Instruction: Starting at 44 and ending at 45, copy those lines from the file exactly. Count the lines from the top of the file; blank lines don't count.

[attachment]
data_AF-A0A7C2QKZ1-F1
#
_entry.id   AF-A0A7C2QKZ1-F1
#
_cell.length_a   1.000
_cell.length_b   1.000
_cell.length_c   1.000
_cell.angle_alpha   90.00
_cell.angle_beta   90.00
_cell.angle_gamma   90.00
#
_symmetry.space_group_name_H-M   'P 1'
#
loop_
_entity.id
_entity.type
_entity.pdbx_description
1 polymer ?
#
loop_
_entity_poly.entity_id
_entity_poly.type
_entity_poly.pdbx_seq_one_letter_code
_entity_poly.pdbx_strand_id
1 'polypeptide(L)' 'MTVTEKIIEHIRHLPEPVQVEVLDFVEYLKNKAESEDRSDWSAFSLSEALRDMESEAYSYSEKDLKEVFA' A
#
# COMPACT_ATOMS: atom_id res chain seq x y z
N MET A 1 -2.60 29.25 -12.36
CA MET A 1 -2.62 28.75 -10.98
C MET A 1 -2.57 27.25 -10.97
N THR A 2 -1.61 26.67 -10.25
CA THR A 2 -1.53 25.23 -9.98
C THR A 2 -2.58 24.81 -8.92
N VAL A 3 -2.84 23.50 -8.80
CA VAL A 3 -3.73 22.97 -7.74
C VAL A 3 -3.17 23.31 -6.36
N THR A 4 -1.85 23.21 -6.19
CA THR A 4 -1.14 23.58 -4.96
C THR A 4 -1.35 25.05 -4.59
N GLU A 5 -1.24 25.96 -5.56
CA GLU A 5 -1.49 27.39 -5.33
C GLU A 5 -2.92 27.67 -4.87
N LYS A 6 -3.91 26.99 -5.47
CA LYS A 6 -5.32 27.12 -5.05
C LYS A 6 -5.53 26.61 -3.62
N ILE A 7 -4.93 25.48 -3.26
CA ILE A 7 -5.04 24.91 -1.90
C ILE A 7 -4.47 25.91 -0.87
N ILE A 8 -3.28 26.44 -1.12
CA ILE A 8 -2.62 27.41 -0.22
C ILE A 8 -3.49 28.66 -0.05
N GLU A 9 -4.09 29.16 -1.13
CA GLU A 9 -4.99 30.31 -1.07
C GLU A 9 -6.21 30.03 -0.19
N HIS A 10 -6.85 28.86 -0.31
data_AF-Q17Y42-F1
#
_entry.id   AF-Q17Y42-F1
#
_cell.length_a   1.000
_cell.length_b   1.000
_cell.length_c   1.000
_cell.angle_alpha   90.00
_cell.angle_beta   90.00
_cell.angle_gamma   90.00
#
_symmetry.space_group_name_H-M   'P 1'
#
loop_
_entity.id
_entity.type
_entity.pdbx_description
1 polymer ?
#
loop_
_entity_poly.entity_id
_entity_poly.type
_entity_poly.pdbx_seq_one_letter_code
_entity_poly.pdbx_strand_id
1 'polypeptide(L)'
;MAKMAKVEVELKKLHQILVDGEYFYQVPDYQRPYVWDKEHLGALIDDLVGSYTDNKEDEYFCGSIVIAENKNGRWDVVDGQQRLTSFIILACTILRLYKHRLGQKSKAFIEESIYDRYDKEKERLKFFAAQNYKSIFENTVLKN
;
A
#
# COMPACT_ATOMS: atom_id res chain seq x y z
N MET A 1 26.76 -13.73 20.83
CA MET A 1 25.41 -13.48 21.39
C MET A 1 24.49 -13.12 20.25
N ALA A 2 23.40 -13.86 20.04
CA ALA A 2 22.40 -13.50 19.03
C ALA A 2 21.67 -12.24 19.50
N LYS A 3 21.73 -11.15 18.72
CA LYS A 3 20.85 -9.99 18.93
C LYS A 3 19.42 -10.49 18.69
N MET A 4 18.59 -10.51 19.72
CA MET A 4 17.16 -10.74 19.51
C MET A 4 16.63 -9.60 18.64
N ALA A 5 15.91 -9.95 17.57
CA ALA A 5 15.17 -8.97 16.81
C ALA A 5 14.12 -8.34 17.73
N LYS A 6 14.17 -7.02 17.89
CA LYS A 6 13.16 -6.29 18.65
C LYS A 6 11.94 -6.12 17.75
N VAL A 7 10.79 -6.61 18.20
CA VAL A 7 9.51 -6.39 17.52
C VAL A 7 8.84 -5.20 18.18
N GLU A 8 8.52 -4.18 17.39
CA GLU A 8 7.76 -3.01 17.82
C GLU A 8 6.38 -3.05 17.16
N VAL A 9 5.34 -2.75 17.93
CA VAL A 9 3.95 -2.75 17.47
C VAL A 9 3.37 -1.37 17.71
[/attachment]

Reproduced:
CA LYS A 6 -5.32 27.12 -5.05
C LYS A 6 -5.53 26.61 -3.62